For the entire season, analysts have been raving about the strength of the Giants' starting rotation.
How can they not when a team has their top two starters with the names Tim Lincecum and Matt Cain?
These guys have been baffling hitters all year. How these pitchers have lost any games is beyond me.
But with these guys anchoring a very strong pitching staff, their record is only 67-57 as of Aug. 23. You'd think that it'd be better with such a strong pitching staff.
Take a look:
The Giants obviously have an extremely strong starting rotation with Tim Lincecum and Matt Cain anchoring it. But with Barry Zito and Jonathan Sanchez there supporting them at the back end of the rotation, the Giants have a very strong pitching staff.
Combined, Lincecum and Cain are 24-8, have a 2.43 ERA, have 343 strikeouts, and have pitched 355.2 innings. That is nothing to shrug off.
Both pitchers are 12-4 and have a 2.43 ERA individually. That means that when these two pitchers are set to start in the same series, the Giants can guarantee a close game that is usually won by San Francisco.
Even with injuries to Randy Johnson and Noah Lowry, this rotation is easily one of the best in baseball.
Randy Johnson was doing fairly well this season with a 4.81 ERA and a record of 8-6 through 17 games before he was injured. Clearly he is past his prime, but he was still able to win games for the Giants before he got hurt.
It is hard to say how well the Giants would be doing if it wasn't for his and Lowry's injuries. There is a good chance that, with a full rotation, the Giants would be in the wild card lead and in a position to take the NL West from the Dodgers.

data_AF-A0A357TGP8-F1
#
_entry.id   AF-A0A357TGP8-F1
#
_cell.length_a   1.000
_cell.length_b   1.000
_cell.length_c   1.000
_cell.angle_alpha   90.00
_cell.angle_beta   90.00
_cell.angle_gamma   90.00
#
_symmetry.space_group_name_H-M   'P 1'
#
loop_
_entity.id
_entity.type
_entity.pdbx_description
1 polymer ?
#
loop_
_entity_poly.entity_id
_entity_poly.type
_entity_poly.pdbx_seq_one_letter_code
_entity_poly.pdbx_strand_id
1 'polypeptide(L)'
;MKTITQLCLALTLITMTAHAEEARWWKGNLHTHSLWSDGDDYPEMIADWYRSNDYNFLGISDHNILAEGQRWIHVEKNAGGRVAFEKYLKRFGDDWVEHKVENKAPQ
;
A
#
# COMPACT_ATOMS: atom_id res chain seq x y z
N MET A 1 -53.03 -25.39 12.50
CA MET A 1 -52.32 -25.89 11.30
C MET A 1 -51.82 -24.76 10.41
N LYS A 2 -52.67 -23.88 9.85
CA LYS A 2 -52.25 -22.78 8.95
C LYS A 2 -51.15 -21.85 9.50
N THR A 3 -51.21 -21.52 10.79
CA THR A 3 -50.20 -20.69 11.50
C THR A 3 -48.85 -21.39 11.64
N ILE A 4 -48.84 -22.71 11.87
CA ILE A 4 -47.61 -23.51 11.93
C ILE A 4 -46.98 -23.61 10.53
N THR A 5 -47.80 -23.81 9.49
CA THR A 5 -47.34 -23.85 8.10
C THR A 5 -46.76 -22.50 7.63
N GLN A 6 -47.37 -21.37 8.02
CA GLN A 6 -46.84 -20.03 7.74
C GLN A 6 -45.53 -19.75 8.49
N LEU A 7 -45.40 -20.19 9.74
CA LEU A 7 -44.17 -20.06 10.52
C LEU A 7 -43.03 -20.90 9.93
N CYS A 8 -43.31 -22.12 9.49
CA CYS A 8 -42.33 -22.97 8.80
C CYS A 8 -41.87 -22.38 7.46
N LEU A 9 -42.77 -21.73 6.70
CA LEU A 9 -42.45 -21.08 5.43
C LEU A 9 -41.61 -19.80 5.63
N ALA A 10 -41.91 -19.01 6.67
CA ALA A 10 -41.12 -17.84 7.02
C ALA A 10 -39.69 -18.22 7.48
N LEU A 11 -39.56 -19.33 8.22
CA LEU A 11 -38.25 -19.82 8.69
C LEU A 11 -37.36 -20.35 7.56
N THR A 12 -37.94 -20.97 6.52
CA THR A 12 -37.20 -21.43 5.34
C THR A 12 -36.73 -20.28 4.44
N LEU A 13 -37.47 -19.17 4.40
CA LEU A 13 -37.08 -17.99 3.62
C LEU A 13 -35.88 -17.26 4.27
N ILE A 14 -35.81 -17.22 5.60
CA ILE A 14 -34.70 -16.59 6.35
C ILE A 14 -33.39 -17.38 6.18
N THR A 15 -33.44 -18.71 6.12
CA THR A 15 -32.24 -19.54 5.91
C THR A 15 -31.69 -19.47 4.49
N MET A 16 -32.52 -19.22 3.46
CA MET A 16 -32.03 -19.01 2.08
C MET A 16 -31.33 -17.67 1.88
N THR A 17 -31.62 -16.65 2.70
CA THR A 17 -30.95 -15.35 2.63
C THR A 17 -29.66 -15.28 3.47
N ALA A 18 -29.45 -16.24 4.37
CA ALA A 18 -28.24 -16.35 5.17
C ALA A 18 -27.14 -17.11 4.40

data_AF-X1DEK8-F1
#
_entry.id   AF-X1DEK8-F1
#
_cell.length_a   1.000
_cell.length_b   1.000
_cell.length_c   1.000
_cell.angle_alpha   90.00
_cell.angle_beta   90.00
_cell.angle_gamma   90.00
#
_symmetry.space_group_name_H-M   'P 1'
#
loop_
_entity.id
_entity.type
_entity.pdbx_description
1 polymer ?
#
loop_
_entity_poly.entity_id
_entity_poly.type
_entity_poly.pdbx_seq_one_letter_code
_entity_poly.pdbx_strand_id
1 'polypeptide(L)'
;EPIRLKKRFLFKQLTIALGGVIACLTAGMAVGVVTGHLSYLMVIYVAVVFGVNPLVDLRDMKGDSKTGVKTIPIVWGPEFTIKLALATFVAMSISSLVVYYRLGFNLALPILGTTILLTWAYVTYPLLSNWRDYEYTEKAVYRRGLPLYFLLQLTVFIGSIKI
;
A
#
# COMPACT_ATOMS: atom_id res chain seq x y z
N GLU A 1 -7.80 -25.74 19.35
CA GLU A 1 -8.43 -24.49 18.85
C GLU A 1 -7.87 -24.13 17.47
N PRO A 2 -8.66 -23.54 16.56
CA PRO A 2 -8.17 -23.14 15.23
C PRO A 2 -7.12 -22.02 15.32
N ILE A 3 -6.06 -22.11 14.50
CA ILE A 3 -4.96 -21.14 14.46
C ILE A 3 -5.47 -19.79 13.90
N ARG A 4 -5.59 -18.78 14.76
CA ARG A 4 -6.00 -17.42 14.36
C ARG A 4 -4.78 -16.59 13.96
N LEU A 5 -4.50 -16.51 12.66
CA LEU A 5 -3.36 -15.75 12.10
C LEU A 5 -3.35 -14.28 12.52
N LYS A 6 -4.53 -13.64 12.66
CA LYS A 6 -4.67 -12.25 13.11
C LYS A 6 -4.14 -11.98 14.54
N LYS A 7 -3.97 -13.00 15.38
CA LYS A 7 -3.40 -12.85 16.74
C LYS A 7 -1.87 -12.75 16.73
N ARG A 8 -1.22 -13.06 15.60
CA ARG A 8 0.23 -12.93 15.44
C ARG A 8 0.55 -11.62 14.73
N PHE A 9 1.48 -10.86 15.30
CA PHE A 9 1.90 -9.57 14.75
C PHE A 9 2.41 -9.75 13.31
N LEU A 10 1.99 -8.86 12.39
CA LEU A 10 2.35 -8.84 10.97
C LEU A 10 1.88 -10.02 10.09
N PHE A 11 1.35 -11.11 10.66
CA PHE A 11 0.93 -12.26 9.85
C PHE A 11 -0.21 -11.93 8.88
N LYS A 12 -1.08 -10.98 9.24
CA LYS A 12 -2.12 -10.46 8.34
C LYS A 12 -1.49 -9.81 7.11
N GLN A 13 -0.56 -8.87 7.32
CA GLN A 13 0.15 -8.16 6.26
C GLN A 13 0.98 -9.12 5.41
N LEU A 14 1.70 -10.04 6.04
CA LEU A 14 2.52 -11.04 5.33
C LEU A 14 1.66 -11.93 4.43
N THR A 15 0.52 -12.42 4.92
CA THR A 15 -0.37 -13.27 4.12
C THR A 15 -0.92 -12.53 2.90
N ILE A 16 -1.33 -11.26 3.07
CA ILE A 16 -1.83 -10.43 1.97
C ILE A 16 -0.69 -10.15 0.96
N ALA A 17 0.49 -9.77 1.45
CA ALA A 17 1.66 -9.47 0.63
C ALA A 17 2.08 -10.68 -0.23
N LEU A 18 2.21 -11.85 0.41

Instead, the Rockies are in that position.
The Giants' bullpen is pretty good, as well.
At least the back end is with Jeremy Affeldt setting up the ninth and Brian Wilson closing out the close games.
The middle relief is not as bad as the Rockies', but it is not among the best in baseball.
But, if the Giants can get to the eighth inning with a lead, and the middle relievers have done that quite well, it is almost a guaranteed Giants win.
The Giants' offense has consistently underachieved this season. They have scored a total of 499 runs, which ranks 14th in the NL.
Compared to the Rockies' offense, that is horrid. The Rockies have scored 632 runs this year, which is good enough to be second in the NL.
This is one of the major reasons for the 67-57 record.
That doesn't seem like a bad record, but 10 games above .500 is not a good enough record to even earn the wild card.
The addition of Ryan Garko helped a lot, but one more player is not going to put a team into the playoffs.
This team must trade for a few high quality hitters if they want to become a legitimate playoff threat for years to come.
If this team can somehow push itself past the Rockies or the Dodgers, its championship hopes will be dashed in the first round.
Whoever they would play in the first round will have an offense that will be able to figure out Tim Lincecum and Matt Cain early enough in those games to beat the Giants.
That is a problem for the Giants, because their offense rarely puts a crooked number on the board; one bad pitch by either Lincecum or Cain, and the Giants lose.
Today's game against the Rockies exemplified that perfectly.
With Lincecum on the mound, the Giants had a 2-1 lead in the 7th until a Lincecum mistake was crushed into the second deck for a two run homer by Seth Smith. Boom. 3-2 game. The Giants ended up losing 4-2.
This would happen a lot in the playoffs because none of the teams are easy to beat. On top of that, teams step up their efforts in the playoffs, so the Giants would not stand a chance against a team like the Phillies or Cardinals in the first round.
This team is not rounded enough make the playoffs.
They have a dominating pitching staff and a flat offense. That is not a playoff team.
The only way this team will be able to make the playoffs is if the offense somehow heats up and stays hot for the rest of the season (which I really don't see happening).
If they can pick up a few good hitting veterans on waivers, they may be able to make a late push towards the playoffs. The likelihood of that happening is slim to none.
The Giants have a big assignment for the offseason: sign some big hitters.
This year is not the Year of the Giants, but next year could be.
Correction from last week: I mentioned a Rockies reliever by the name of John Daley. That was a mistake. His name is not John Daley. It is Matt Daley. I apologize for this mistake.
Next Week: Atlanta Braves
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